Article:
Humans are creatures of habit — which means our bad habits can be hard to break. So when it comes to making healthy changes to our daily routine, it takes time and persistence. A great place to start is our new 2-week Kickstart Weight Loss Health Rewards Program and try these 8 easy tips!
8 secrets to weight loss success
- A calorie is not a calorie. The equivalent number of calories in a high-carb processed food versus a protein-rich option affects our bodies very differently. The high-carb option results in elevated insulin production (the hormone that signals the body to produce and store fat) along with biochemical changes from added preservatives and chemicals if it’s been designed to sustain a long shelf life. What does this mean? You should be worrying about the ingredients — not the calories. Eating healthy and losing weight comes down to a diet that is based around whole, nutrient-dense, unprocessed foods.
- Food frequency matters. Is grazing really better than eating three meals a day? Not necessarily. If you tend to snack on high-carb options all day long, your body is experiencing insulin spikes and crashes that can eventually lead to insulin resistance, and will likely make you hungrier — or can even lead to chronic diseases like diabetes. A good idea is to have your meals and snacks scheduled each day to avoid snacking at all hours. Even better, tell yourself you’re having a “mini meal” (not a snack) and you’re more likely to choose nutrient-dense foods that won’t wreak havoc on your insulin levels — and will sustain you for longer.
- Stop fearing fat. If you tend to eat “fat-free” foods in the name of losing weight, you aren’t doing yourself any favors. Mostly because these foods are high in artificial sweeteners and sugar — the real culprit when it comes to weight gain and other health issues. Good fat, on the other hand, helps to reduce appetite and hunger, makes you feel fuller longer, and can actually help better regulate your blood sugar. Time to learn which fats are the good guys and incorporate those into your meal planning! And remember, the real foods to fear are those marketed as “low-fat options” like diet sodas, low-fat yogurt and weight-loss drinks.
- Portion control is your friend. If you want to stop supersizing your meals, you simply need to have a rough idea of what it means to have one that is well-balanced — and serve yourself accordingly. A great trick is to use a smaller sized dish to trick your mind into thinking you’ve eaten more. The larger the plate, the bigger the chance that you’ll overeat. Eating out? Ask your server if they offer half-portions (not always included on the menu) and if that option doesn’t exist, order just an appetizer or two or half of your meal to go… before it’s even been served. You know what that means? Lunch tomorrow!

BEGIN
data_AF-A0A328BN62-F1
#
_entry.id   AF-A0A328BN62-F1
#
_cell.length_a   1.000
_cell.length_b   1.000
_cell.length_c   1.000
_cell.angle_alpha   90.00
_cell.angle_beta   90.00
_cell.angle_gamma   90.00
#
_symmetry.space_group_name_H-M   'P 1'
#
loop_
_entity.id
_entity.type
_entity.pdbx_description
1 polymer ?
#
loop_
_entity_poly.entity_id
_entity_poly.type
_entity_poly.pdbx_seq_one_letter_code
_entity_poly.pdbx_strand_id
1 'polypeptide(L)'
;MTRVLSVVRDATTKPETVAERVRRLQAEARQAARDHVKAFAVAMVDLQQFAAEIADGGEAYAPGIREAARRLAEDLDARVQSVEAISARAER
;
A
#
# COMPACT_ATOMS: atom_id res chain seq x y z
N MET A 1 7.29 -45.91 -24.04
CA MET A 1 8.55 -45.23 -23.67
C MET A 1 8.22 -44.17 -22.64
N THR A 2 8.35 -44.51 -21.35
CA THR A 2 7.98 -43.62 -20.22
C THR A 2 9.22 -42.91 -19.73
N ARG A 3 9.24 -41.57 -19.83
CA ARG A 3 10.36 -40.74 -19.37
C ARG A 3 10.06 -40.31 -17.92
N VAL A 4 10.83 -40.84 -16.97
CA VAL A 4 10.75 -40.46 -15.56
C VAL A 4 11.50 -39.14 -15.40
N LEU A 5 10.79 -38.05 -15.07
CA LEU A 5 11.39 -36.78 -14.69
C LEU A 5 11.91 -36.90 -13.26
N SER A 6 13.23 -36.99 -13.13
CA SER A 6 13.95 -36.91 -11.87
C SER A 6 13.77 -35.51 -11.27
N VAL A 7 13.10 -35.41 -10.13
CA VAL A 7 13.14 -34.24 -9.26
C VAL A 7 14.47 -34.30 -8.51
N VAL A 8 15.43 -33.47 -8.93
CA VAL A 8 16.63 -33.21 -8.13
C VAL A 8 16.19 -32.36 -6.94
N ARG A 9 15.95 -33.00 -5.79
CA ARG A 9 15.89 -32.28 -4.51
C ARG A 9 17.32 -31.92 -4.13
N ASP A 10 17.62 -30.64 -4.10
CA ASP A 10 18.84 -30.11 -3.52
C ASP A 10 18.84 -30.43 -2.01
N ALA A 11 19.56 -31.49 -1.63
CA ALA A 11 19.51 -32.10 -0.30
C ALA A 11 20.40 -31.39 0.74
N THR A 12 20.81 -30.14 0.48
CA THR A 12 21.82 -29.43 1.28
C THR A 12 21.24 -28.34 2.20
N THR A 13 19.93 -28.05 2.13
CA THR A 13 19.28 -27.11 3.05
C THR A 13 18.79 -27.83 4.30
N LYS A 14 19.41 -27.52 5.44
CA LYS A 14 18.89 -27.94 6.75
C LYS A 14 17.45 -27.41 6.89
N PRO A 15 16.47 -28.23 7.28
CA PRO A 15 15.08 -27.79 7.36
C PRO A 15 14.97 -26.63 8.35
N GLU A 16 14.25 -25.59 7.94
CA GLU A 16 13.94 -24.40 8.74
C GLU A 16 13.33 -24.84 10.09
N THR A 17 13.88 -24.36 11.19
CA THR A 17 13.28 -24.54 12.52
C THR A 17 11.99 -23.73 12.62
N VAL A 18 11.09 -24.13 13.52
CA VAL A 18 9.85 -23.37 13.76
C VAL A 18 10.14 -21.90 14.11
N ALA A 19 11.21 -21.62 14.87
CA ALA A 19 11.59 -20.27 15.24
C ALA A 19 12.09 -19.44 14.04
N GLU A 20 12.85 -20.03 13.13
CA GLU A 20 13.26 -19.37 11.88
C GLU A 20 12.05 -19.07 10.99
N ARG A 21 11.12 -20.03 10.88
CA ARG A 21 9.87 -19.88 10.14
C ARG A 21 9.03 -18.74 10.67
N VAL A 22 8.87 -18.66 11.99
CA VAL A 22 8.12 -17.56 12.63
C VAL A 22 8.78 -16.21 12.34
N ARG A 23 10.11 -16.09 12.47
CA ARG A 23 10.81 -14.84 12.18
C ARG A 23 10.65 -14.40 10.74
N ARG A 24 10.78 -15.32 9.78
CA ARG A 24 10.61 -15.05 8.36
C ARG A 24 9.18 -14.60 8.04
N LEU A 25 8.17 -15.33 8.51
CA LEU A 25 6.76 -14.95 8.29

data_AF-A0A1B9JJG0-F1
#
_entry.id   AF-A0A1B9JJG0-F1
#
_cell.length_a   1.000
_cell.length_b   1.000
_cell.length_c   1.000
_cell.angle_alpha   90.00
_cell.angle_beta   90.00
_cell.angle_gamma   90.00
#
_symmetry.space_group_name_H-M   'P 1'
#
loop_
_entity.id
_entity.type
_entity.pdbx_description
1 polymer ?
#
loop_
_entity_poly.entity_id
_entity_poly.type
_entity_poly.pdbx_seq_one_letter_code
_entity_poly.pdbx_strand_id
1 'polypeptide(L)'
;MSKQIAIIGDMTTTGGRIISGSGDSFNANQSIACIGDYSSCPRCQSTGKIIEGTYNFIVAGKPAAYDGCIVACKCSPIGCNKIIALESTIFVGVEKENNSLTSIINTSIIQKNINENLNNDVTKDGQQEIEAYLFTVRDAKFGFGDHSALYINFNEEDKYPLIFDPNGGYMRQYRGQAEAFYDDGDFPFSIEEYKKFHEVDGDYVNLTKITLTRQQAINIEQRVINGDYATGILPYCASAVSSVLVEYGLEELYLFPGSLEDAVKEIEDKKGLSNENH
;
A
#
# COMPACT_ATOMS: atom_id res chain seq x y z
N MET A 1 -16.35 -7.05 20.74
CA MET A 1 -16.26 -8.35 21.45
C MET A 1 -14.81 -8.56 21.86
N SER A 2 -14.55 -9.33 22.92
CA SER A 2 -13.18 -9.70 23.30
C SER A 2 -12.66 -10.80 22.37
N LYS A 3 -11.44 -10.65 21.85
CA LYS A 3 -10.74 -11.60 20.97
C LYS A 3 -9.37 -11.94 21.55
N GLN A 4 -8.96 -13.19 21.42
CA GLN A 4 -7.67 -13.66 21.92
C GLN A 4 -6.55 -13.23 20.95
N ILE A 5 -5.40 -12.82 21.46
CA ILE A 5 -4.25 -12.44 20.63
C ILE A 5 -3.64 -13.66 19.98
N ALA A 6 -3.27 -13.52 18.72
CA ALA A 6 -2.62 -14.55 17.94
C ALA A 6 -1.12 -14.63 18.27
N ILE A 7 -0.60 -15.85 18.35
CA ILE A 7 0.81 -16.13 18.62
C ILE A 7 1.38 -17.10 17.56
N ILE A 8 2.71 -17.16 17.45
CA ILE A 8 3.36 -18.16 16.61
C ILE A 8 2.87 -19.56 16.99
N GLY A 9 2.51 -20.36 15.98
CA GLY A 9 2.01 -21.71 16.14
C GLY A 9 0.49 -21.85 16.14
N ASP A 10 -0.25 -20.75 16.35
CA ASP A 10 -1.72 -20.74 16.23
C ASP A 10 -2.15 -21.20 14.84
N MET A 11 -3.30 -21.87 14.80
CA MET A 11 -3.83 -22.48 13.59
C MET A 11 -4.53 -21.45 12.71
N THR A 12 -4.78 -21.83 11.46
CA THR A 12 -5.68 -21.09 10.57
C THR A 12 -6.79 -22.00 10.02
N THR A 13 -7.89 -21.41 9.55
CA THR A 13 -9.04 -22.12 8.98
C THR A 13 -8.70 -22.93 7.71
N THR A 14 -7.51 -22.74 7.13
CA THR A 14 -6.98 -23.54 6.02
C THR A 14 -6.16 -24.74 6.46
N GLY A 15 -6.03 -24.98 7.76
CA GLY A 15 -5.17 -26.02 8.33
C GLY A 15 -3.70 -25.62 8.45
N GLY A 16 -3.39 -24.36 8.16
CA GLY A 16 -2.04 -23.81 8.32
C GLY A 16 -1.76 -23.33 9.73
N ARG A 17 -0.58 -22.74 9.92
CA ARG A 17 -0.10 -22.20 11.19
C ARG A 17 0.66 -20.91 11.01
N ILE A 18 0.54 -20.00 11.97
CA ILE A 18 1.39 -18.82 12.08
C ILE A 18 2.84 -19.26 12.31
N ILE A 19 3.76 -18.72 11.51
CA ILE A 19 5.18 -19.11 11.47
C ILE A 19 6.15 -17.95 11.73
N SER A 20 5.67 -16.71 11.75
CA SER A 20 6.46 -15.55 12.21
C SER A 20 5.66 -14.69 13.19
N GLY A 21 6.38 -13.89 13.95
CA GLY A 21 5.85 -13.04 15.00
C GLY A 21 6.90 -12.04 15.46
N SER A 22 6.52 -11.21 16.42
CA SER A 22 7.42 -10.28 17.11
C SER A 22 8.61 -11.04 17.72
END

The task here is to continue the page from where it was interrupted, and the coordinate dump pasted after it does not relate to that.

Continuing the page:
- Boost your protein intake to feel fuller longer. If you tend to feel hungry often, you are likely not eating foods that are satisfying your appetite. Want to keep your hunger in check? Make a point of incorporating high-protein foods, like eggs, fish and nuts into each meal. The great part is that protein-rich foods have been proven to boost metabolism and decrease body fat too — three weight management benefits for the price of one!
- Don’t forget that drinks have calories too. Whether you enjoy a glass of wine with dinner or love to try the latest smoothie sensation at your local coffee shop, don’t forget that drinks have calories too. In fact, some drinks (like these 10 from Starbucks) might actually have more calories than an actual meal. When it comes to staying hydrated, good old-fashioned water is the healthiest option and it’s calorie-free, of course! Too boring? Add some lemon, lime or fresh fruit into your glass for a hint of guilt-free sweetness.
- Re-frame your relationship with food. Instead of depriving yourself of all of your favorite things (in the name of the latest fad diet) or feeling guilty after you indulge in a treat now and then, why not turn mealtime into a positive experience? It’s as simple as practicing intuitive eating. This means paying attention to hunger cues and responding when your body begins to signal that it is full. It also means letting yourself enjoy healthy versions of sweet treats and not cutting calories so drastically that you end up binge eating.
- More sleep, less stress. If you are chronically under-rested and over-stressed, you are much more likely to gain weight. Studies show that when you sacrifice sleep, you lose significantly less fat than you would if you were well rested — even if the calories you took in were the same (up to 50% difference!). This means it could take you twice as long to achieve a weight loss goal if you aren’t getting enough ZZZs. And if your cortisol levels are up, you are probably reaching for more high-sugar comfort foods way more often. So try calming activities like yoga, meditation or walking to help you sleep more and stress less.
A final thought before you begin: Acknowledge each small achievement — whether you’ve quit a bad habit or adopted a good one, it’s important to celebrate each healthy lifestyle change no
matter how big or small. When you add up all your baby steps, you’ll see that they amount to something pretty significant. And all these new, good habits will be much easier to keep after taking the time to build the necessary foundation… one day at a time.
For recipe and meal plan ideas and for tips on making meal prep easier, check out the 14-day low-carb meal plan found at dietdoctor.com.